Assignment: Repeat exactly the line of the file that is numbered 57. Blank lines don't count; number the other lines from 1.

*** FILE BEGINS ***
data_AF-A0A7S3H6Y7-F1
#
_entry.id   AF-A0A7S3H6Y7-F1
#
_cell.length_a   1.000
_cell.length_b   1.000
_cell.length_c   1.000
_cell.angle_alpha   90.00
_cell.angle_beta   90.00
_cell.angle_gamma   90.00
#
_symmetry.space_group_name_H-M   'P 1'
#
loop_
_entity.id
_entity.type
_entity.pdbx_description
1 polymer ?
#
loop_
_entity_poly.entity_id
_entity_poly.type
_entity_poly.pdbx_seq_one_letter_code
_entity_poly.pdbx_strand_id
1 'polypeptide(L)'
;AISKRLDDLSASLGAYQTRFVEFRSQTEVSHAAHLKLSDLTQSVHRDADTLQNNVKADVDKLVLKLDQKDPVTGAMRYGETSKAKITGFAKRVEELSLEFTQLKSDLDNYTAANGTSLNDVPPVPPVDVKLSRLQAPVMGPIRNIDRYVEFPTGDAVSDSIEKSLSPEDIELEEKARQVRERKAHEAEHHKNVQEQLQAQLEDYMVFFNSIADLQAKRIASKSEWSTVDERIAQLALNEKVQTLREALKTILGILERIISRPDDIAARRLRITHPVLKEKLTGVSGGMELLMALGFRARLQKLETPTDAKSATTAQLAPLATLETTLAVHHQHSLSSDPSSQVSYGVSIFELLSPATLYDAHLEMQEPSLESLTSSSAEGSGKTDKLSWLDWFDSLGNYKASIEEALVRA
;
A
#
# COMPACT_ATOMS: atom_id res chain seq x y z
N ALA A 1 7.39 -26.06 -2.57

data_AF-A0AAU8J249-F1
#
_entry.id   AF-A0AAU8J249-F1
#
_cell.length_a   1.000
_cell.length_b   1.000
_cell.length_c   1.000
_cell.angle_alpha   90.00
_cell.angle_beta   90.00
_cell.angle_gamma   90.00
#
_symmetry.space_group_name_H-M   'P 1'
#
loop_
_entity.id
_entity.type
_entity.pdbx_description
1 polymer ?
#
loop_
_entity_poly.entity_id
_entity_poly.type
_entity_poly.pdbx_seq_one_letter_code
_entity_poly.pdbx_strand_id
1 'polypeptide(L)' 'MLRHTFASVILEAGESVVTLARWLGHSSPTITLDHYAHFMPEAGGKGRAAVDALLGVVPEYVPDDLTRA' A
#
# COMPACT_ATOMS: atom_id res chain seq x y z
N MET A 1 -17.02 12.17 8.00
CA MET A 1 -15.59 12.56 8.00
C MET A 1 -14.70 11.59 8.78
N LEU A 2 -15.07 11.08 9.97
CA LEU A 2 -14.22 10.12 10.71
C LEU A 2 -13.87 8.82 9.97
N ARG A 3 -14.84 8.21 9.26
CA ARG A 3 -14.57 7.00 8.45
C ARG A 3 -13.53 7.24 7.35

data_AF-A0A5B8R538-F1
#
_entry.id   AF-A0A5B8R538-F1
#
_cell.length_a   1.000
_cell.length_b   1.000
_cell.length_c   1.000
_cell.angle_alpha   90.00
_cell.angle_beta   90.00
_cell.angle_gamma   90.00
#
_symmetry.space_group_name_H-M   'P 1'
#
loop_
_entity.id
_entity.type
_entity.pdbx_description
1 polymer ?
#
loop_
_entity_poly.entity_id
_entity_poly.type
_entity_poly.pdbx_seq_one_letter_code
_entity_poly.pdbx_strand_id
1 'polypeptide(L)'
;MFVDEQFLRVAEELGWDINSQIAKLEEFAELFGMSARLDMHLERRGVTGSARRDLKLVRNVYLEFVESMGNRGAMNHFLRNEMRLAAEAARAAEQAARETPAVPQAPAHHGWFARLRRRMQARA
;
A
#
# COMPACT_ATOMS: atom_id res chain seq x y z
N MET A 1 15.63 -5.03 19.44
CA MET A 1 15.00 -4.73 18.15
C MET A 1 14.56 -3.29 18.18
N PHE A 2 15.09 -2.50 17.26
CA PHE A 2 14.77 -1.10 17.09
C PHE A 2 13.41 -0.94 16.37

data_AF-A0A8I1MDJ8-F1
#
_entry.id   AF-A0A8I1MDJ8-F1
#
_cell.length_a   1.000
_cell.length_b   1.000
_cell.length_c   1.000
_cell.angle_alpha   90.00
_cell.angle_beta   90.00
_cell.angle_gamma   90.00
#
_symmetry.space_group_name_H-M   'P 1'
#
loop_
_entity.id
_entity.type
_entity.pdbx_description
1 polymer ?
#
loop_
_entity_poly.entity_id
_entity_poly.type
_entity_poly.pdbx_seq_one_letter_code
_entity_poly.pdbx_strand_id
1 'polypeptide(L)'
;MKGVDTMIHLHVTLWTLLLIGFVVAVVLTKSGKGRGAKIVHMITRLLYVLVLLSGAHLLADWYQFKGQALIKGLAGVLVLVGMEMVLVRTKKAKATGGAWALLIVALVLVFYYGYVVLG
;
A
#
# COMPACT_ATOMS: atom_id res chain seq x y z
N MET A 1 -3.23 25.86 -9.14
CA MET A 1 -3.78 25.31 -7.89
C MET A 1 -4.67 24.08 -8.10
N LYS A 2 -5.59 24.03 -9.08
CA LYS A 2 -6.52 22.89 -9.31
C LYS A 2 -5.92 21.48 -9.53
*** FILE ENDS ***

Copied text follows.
#